• Internal portions of metal enclosed buses (bus enclosure assemblies) will be inspected for cracks, corrosion, foreign debris, excessive dust build-up and evidence of water intrusion. The bus electrical insulation material will be inspected for signs of reduced insulation resistance, radiation induced oxidation, moisture or debris intrusion or ohmic heating, as indicated by embrittlement, cracking, chipping, melting, discolouration or swelling.

Absorbing operational experience

A key process to manage aging effects in nuclear power plants is to make use of operational experience at the power plant and across the industry.

Operational experience is used at Comanche Peak to enhance existing programmes, prevent repeat events and prevent events that have occurred at other plants. To achieve this, plant personnel screen, evaluate and act on documents and information from outside sources to prevent or mitigate the consequences of similar events. The operator draws on external sources including Institute of Nuclear Power Operations (INPO) and NRC documents. Relevant foreign and domestic research and development programmes are also reviewed. Relevant research and development sources include: industry consensus standards development organisations; EPRI; communications issued by NRC staff based on research conducted by national labs used by the NRC; and nuclear vendor and owner’s groups.

Experience, including that involving age-related degradation, is tracked. Adverse trends are entered into the corrective action programme, as appropriate, for evaluation. If experience is identified as potentially involving aging it is evaluated with regard to systems, structures and components, materials, environments, aging effects and aging mechanisms. It will also be evaluated with regards to aging management programmes, which have an established performance feedback mechanism in place.

In its application Vistra Operations said this process, in conjunction with the corrective action programme, had proven to be effective in learning from adverse conditions and events, and improving programmes that address age-related degradation. However, to provide additional assurance that internal and external operating experience related to aging management is used effectively – including NRC and industry guidance documents and standards – Comanche Peak will enhance its programme to:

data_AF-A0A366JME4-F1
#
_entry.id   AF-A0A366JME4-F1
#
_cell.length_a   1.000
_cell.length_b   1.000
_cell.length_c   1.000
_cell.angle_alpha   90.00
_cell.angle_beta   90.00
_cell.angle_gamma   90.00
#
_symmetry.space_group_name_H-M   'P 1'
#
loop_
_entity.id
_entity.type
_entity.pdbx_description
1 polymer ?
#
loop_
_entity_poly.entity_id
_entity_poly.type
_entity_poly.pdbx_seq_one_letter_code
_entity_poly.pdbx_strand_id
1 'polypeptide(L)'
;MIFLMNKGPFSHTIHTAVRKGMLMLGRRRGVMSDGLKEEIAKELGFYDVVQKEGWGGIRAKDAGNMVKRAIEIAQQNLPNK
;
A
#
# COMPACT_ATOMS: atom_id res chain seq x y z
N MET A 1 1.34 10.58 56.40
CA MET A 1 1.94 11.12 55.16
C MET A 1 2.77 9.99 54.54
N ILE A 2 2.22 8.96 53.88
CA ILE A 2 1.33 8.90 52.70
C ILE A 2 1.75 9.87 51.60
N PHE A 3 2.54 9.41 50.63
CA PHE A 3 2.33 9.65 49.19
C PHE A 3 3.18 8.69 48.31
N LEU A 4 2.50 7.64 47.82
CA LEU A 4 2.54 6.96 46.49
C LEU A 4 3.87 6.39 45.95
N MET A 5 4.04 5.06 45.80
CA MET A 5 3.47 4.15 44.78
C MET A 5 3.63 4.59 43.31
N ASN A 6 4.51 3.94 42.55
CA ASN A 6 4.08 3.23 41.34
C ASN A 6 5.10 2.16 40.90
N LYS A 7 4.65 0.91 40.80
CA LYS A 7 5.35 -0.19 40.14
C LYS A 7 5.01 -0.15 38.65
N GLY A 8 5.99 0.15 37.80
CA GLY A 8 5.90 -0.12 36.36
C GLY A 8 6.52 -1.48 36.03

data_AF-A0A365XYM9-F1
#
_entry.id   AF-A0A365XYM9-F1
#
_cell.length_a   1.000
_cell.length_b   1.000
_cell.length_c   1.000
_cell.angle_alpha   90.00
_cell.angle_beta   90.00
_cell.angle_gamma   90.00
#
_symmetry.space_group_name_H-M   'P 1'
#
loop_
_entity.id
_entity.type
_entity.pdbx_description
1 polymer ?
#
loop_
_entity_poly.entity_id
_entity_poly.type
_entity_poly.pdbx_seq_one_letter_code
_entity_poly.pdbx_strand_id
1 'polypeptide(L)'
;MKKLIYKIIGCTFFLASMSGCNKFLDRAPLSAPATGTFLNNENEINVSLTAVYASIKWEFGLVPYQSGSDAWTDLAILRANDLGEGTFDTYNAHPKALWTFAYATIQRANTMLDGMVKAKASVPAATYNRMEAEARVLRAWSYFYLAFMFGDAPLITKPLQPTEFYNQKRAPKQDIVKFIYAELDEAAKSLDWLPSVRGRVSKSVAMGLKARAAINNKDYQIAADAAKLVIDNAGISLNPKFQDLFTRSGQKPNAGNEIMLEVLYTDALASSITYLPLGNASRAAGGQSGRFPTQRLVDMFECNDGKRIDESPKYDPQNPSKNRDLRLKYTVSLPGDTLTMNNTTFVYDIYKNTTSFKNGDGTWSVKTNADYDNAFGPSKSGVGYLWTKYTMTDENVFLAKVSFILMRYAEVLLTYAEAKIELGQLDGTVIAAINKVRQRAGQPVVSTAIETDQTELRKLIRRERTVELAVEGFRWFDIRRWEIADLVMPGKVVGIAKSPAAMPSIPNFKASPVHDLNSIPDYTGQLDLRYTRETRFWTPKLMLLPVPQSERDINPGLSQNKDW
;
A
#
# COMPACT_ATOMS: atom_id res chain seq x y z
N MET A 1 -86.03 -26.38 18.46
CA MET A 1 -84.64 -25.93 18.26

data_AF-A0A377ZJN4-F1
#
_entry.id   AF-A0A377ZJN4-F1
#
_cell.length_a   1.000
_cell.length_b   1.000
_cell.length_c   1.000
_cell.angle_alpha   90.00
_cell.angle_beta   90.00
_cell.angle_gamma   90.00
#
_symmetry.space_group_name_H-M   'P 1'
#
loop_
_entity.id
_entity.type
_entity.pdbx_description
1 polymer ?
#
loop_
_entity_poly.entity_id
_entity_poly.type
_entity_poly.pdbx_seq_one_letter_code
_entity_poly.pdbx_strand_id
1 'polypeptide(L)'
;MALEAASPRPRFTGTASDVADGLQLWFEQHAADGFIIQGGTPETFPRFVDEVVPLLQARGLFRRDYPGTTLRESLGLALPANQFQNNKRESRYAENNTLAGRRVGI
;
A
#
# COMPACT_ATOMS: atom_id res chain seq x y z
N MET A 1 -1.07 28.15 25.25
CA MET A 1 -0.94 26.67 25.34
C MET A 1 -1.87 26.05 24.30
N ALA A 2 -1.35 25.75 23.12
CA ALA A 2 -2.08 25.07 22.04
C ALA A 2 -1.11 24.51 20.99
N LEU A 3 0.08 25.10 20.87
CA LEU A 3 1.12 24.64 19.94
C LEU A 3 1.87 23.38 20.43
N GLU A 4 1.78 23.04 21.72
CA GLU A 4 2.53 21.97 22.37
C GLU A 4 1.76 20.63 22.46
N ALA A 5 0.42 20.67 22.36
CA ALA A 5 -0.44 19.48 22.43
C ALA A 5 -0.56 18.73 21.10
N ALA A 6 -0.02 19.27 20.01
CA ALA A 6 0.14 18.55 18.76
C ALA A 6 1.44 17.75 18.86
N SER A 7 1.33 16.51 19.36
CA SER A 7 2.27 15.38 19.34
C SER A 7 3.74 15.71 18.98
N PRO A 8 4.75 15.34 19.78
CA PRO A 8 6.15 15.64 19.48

• Require the review of internal and external experience for aging-related degradation or impacts to aging management activities, to determine if improvements to aging management activities are warranted.
  • Provide procedural guidance for identifying and reviewing experience. This will aim to identify aging that is in excess of what would be expected, relative to design, previous inspection experience and the inspection intervals.
  • Establish coding for use in identification, trending, and communications of aging-related degradation.
  • Establish guidelines for reporting plant-specific operational experience on age-related degradation and aging management to the industry.
  • Provide training, on a periodic basis, to those responsible for AMP implementation and those responsible for reviewing, evaluating, and communicating operational experience items related to aging management and aging-related degradation.

This will begin as soon as renewed operating licences are issued and will continue throughout the remaining plant lifetime.

Abandoned engineering

Any power plant in its fourth decade will have seen a number of its systems upgraded or replaced. In some cases the most suitable fate of the original system has been to remain in place, capped, closed or otherwise made safe for the remainder of the plant lifetime. Comanche Peak has several such abandoned systems:

  • The chemical feed system for steam generators in Unit 1 was removed from service when the new steam generators were installed. The remaining Unit 1 chemical feed recirculation components (pumps, piping, pipe supports and instrumentation) have been disconnected, capped and abandoned in place. The reverse osmosis system portion of the liquid waste processing system is not used at either unit at Comanche Peak and many of the systems’ associated components have been abandoned in place.

Also abandoned in place are:

  • The jockey fire pump and diesel-driven fire pump
  • Electric hydrogen recombiners
  • A boron concentration measurement system
  • A waste baling system in unit 1 that forms part of the solid waste management system.
  • Portions of the potable and sanitary water system
  • Some exhaust dampers considered to be part of the safeguards building ventilation system are abandoned in place in the open position.